General Motors may halt production at some U.S. factories for as long as nine weeks this summer to combat slumping auto sales, according to people familiar with the plan.
GM typically closes its facilities for two weeks in July to change production lines for new models. Much like over the winter holidays, the automaker may extend that scheduled shutdown at unproductive plants to help bring down the stockpile of unsold vehicles.
The automaker is considering extending this year's summer shutdown if auto sales remain at their depressed levels. GM has yet to decide what factories it would close and for how long.
A shutdown over the Christmas holidays lasted through much of January.
"We continue to work with the U.S. Treasury to revise our business plan," said Greg Martin, a GM spokesman.
"As part of the plan, we previously acknowledged we will idle several U.S. assembly, stamping and powertrain plants. We are currently finalizing our plans. It is our intent, as always, to tell our employees first."
As GM and Chrysler near government deadlines to finalize their efforts to cut costs and reduce debt, the magnitude of the possible reductions is beginning to hit home. GM itself has said a bankruptcy filing is probable given the drastic changes it must make to reach its restructuring targets.
Chrysler has until the end of the month to broker stakeholder concessions, as well as finalize an alliance with Italy's Fiat. GM must negotiate similar sacrifices by June 1.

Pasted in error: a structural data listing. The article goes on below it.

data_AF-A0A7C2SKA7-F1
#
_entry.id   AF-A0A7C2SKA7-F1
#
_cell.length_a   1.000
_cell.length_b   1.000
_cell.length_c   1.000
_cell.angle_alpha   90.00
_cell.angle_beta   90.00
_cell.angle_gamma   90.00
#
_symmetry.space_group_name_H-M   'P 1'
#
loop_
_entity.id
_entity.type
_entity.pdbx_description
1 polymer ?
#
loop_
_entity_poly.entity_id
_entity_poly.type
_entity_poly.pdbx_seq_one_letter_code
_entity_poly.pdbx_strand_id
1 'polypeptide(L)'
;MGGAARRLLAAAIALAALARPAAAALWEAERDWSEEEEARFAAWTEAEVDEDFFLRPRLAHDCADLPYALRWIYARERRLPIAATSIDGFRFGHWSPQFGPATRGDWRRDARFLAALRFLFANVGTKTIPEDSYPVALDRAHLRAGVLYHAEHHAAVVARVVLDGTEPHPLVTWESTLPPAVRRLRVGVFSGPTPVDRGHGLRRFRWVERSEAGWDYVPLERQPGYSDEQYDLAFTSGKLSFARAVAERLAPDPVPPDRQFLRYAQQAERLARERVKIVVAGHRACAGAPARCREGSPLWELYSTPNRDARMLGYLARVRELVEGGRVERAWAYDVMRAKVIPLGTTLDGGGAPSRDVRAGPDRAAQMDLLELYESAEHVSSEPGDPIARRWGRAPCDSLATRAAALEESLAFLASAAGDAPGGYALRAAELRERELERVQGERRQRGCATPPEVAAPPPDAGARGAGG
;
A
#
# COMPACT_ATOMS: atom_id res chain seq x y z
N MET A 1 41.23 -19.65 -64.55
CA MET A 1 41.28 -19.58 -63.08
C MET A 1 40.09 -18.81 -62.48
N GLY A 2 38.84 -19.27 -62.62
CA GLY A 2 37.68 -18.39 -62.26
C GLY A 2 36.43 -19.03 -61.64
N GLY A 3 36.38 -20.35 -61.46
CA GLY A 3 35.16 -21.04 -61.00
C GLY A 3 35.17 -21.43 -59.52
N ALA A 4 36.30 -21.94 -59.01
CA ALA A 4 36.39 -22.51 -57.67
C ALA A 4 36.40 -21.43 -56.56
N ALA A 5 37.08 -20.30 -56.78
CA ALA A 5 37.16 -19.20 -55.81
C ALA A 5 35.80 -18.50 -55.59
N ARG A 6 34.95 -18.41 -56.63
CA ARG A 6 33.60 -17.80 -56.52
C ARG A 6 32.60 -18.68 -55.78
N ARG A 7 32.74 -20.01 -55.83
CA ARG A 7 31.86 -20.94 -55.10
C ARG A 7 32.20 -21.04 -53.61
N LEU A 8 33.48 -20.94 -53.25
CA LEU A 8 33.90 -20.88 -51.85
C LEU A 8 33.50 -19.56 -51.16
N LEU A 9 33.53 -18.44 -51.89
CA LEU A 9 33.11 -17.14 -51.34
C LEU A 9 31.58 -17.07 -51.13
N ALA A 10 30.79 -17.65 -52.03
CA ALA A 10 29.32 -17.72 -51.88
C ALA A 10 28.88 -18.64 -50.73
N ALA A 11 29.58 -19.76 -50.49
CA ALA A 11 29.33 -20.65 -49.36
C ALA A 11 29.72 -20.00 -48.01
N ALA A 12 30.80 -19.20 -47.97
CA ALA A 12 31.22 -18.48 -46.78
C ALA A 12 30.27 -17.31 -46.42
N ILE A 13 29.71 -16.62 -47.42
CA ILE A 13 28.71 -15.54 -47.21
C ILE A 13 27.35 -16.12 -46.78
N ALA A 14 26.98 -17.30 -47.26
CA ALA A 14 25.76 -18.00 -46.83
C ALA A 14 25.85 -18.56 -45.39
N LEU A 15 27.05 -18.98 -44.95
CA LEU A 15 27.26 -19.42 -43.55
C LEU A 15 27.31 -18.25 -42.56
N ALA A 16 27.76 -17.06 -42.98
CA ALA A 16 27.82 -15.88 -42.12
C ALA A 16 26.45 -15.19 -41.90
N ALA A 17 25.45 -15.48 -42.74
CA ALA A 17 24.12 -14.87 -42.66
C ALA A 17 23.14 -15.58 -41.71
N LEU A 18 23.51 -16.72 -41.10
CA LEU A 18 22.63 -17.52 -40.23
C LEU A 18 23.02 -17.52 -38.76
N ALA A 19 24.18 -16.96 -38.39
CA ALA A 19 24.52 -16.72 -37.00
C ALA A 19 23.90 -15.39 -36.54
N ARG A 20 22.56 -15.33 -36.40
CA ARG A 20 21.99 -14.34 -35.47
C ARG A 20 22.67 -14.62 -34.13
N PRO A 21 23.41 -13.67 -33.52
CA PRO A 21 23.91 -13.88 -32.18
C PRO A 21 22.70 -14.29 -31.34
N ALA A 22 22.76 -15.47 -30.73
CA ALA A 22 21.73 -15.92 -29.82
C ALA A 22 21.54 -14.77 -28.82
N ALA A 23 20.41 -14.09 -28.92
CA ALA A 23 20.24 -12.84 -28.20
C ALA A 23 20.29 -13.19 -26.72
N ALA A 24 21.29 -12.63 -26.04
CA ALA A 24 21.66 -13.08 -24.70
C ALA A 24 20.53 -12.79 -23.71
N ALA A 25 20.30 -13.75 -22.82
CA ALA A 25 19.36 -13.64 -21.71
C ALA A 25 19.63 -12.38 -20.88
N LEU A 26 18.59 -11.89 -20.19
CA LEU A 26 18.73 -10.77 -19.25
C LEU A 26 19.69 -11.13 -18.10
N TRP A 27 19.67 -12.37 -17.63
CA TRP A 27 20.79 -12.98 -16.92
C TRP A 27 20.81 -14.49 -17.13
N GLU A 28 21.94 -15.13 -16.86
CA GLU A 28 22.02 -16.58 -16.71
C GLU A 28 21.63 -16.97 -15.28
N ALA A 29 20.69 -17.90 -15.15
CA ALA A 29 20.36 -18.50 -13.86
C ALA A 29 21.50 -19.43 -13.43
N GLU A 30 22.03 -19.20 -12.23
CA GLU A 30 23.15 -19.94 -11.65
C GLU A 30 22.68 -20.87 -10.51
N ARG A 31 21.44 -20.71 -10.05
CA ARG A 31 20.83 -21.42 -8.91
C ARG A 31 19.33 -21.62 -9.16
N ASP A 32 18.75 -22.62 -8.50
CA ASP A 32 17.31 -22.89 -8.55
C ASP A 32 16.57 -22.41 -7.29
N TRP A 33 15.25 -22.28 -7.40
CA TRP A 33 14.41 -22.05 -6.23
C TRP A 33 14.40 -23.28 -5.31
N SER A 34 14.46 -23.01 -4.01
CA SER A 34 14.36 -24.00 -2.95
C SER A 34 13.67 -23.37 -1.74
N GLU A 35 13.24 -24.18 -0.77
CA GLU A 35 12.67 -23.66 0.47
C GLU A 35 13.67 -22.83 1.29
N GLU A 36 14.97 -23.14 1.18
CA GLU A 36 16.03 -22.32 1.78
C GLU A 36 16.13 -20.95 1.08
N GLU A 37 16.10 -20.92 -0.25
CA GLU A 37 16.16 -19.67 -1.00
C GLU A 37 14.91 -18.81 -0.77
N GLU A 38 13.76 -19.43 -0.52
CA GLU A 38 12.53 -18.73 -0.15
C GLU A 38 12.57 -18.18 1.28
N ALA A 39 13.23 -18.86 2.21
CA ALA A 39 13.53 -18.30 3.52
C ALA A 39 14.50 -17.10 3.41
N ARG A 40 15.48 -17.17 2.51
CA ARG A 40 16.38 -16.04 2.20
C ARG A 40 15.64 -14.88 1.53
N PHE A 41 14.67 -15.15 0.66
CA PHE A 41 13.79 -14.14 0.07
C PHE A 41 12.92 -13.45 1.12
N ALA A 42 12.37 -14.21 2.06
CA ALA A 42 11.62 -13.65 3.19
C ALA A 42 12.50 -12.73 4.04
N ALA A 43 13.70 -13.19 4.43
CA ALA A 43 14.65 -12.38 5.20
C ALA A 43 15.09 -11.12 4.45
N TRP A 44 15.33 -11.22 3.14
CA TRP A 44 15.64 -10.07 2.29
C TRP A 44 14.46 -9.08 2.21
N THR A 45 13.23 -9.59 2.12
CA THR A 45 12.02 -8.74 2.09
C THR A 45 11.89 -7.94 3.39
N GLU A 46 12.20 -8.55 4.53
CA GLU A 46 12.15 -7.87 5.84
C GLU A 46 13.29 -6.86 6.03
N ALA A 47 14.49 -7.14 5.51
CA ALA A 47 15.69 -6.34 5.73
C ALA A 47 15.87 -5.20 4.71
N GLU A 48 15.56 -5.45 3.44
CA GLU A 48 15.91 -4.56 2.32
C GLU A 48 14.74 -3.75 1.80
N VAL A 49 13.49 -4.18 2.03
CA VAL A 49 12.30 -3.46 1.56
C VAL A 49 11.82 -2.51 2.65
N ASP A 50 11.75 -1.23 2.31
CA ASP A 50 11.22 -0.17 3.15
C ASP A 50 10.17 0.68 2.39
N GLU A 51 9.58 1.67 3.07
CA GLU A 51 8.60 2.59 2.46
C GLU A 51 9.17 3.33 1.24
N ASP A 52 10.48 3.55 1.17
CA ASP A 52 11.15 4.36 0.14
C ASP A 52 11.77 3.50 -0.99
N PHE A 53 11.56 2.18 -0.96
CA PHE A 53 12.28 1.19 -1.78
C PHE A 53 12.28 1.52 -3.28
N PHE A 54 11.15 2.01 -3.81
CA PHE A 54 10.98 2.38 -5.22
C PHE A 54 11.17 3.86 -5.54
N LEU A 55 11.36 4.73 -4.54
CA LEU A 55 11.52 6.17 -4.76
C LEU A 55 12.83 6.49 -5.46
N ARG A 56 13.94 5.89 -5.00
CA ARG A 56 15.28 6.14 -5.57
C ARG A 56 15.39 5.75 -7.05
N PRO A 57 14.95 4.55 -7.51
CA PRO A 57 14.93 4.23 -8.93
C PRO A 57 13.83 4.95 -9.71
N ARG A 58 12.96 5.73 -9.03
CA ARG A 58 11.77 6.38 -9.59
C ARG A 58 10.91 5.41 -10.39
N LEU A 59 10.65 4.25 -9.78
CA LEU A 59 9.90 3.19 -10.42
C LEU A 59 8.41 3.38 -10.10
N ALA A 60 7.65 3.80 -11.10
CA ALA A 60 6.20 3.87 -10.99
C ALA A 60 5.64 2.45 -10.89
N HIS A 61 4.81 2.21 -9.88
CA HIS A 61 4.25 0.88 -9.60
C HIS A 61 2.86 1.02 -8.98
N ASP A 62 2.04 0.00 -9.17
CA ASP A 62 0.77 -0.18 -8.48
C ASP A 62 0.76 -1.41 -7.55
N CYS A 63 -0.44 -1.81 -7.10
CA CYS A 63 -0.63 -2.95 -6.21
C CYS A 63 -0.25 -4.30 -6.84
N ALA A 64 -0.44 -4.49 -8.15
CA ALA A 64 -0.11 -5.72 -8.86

Some industry players are growing increasingly concerned about the prospects of bankruptcy. The National Auto Dealers Assn. plans to meet with President Obama's auto task force today to lobby against bankruptcy. Association Chairman John McEleney warned that consumer confidence would fall even lower if there was a bankruptcy filing.
"Bankruptcy would accelerate the problem and push the country deeper into recession," he said.
The association is also concerned about the mass closure of dealerships. As part of the mandated cost-cutting, GM aims to accelerate its plans to trim its dealer network to 4,100 by 2014. Chrysler, which has far fewer dealers than GM, is making plans to consolidate dealers by moving all three of its brands -- Chrysler, Dodge and Jeep -- under one roof.
"Dealers buy the cars from the manufacturers," said Andrew Koblenz, the association's vice president of legal regulatory affairs. "We don't see how this is part of a path to viability."